Masfiqur Sohan/Anadolu Agency/Getty Images(WASHINGTON) — Secretary of State Rex Tillerson described the violence against the Rohingya Muslim minority in Myanmar’s Rakhine state as ethnic cleansing for the first time on Wednesday.
Tillerson did not use the term during his brief visit to Myanmar’s capital, Naypyidaw, on Nov. 15, deciding only after visiting and analyzing the situation to describe the situation that way.
What does declaring the violence ethnic cleansing do in effect?
In reality, the new descriptor does not immediately accomplish much. Ethnic cleansing is a term that is not legally defined by U.S. or international law. A declaration does not trigger any sort of obligation or consequence.
For now, State Department officials said they are looking into targeted sanctions against individuals who may have carried out violence if the specific allegations can be confirmed. Some sanctions placed on Burma in 1998 due to anti-democratic activities of a military junta were lifted in 2016.
State officials said they expect the determination to “increase pressure” on the civilian government and military in Myanmar to reach an agreement on repatriating the 600,000 or so Rohingya who have fled as refugees into neighboring Bangladesh.
Who is perpetrating the ethnic cleansing?
Though ethnic cleansing has been declared, the perpetrator has not been defined as the Myanmar military. State Department officials said there are a number of “potential sources” of conflict, including both military forces and vigilante groups.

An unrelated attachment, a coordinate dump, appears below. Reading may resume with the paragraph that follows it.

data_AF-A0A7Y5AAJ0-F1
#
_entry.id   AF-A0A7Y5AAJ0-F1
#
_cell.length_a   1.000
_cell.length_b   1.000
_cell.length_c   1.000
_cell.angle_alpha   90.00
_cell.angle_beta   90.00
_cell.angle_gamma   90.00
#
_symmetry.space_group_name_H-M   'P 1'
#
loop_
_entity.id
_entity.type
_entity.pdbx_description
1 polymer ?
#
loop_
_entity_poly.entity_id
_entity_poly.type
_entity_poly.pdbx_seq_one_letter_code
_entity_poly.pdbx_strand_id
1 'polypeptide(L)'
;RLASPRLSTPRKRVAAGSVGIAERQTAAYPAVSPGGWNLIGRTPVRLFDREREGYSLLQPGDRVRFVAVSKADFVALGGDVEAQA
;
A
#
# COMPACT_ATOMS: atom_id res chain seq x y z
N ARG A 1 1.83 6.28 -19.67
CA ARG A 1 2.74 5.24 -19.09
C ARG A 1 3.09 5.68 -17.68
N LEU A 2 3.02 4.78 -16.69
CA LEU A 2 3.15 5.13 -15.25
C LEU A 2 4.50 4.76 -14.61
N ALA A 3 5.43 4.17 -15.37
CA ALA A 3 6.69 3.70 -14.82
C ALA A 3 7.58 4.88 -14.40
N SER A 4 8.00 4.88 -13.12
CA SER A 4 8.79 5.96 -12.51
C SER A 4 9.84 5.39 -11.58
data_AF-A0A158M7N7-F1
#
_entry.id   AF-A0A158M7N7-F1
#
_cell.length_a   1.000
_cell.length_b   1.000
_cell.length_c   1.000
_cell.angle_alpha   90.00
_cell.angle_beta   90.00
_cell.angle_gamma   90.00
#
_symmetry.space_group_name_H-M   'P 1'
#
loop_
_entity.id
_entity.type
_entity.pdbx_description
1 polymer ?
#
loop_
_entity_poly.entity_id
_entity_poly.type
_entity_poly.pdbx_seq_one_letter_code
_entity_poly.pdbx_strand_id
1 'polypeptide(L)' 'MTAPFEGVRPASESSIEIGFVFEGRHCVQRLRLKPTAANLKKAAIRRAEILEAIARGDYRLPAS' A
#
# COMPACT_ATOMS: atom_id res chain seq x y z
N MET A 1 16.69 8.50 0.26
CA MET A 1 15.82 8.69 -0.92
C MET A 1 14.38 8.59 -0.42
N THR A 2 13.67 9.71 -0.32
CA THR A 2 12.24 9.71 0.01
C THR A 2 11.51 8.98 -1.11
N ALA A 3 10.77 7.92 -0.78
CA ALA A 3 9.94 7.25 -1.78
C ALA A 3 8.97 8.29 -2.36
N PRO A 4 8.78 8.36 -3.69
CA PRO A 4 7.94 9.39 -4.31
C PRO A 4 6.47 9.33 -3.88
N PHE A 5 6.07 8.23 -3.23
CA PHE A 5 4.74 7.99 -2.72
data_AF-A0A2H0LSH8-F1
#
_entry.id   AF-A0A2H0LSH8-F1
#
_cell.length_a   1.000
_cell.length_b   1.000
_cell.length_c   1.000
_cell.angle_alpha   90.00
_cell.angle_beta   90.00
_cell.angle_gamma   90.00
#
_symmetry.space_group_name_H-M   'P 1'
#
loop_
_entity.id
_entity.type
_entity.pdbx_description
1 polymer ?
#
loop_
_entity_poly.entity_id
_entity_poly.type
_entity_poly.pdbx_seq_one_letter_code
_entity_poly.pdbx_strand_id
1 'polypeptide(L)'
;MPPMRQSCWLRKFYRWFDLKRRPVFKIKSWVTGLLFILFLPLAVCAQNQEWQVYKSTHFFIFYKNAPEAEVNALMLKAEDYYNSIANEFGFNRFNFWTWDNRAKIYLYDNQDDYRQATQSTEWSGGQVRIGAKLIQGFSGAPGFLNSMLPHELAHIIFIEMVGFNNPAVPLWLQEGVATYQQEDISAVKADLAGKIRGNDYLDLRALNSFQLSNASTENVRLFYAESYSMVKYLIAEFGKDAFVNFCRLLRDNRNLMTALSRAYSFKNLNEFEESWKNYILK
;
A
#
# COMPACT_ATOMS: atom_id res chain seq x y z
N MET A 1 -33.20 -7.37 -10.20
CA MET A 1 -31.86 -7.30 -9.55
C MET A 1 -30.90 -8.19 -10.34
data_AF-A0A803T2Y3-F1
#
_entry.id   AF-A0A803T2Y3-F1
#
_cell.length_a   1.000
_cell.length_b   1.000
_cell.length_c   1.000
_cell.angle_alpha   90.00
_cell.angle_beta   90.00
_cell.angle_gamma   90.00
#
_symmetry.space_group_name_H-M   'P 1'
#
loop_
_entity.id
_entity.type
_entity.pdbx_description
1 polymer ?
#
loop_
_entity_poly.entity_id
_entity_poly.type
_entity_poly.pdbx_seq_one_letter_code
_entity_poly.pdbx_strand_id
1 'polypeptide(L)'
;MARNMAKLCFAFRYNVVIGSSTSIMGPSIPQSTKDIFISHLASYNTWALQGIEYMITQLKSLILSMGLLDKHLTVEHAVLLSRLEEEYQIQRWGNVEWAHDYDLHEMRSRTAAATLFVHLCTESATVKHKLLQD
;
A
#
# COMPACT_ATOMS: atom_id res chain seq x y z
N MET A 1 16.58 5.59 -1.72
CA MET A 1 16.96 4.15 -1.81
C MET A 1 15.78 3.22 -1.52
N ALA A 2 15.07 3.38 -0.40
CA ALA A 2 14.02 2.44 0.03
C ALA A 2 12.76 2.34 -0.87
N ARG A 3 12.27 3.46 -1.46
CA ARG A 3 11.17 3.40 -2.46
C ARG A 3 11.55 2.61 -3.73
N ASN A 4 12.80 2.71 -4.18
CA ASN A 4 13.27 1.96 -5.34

What will happen to the victims of the violence?
The State Department is focusing on returning the Rohingya who have fled to Bangladesh as refugees back to their homes. Even still, officials acknowledge that repatriating even a few hundred Rohingya per day would mean the process could last for years — a huge logistical challenge at this point. The department will focus on voluntary repatriation, meaning they realize many Rohingya might not want to return to their former homes.
Last week, Tillerson announced an additional $47 million in humanitarian assistance for those affected, bringing the total amount spent to aid the victims since August of last year to $87 million.
Why aren’t broader sanctions being imposed?
Broader sanctions remain a challenge, as State Department officials are wary of hindering the fragile civilian government in Myanmar, which has shared power with the military as laid out in the Burmese Constitution about 18 months ago. Transition of power to the fledgling civilian government is a delicate process and could benefit all the persecuted civilian groups in Myanmar — if it can be accomplished.
What is Aung San Suu Kyi doing about the crisis?
The State Department had little to say about the role of the de facto civilian leader and Nobel Peace Prize winner Aung San Suu Kyi, who many have criticized for not doing enough to stem the violence. State Department officials look to Suu Kyi’s leadership but did not lay out a specific goal or role for her to play.
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